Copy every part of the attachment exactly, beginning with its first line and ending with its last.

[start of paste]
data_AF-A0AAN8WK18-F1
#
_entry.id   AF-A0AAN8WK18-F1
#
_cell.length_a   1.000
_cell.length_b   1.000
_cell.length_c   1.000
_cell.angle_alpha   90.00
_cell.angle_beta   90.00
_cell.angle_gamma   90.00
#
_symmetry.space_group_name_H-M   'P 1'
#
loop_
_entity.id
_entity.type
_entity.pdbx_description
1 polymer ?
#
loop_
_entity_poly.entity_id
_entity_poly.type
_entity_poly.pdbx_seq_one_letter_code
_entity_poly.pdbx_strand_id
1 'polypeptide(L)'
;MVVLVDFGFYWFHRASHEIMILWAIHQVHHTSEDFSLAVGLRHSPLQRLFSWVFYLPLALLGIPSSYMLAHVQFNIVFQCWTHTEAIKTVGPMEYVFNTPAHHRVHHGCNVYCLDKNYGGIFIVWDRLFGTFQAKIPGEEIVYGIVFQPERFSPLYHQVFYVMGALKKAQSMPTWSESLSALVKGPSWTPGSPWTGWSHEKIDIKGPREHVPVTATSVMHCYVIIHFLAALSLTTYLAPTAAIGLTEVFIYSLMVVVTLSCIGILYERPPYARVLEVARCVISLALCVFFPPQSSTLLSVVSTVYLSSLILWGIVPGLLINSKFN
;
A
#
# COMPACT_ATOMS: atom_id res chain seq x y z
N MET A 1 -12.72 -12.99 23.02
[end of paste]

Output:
data_AF-A0AAN8WK18-F1
#
_entry.id   AF-A0AAN8WK18-F1
#
_cell.length_a   1.000
_cell.length_b   1.000
_cell.length_c   1.000
_cell.angle_alpha   90.00
_cell.angle_beta   90.00
_cell.angle_gamma   90.00
#
_symmetry.space_group_name_H-M   'P 1'
#
loop_
_entity.id
_entity.type
_entity.pdbx_description
1 polymer ?
#
loop_
_entity_poly.entity_id
_entity_poly.type
_entity_poly.pdbx_seq_one_letter_code
_entity_poly.pdbx_strand_id
1 'polypeptide(L)'
;MVVLVDFGFYWFHRASHEIMILWAIHQVHHTSEDFSLAVGLRHSPLQRLFSWVFYLPLALLGIPSSYMLAHVQFNIVFQCWTHTEAIKTVGPMEYVFNTPAHHRVHHGCNVYCLDKNYGGIFIVWDRLFGTFQAKIPGEEIVYGIVFQPERFSPLYHQVFYVMGALKKAQSMPTWSESLSALVKGPSWTPGSPWTGWSHEKIDIKGPREHVPVTATSVMHCYVIIHFLAALSLTTYLAPTAAIGLTEVFIYSLMVVVTLSCIGILYERPPYARVLEVARCVISLALCVFFPPQSSTLLSVVSTVYLSSLILWGIVPGLLINSKFN
;
A
#
# COMPACT_ATOMS: atom_id res chain seq x y z
N MET A 1 -12.72 -12.99 23.02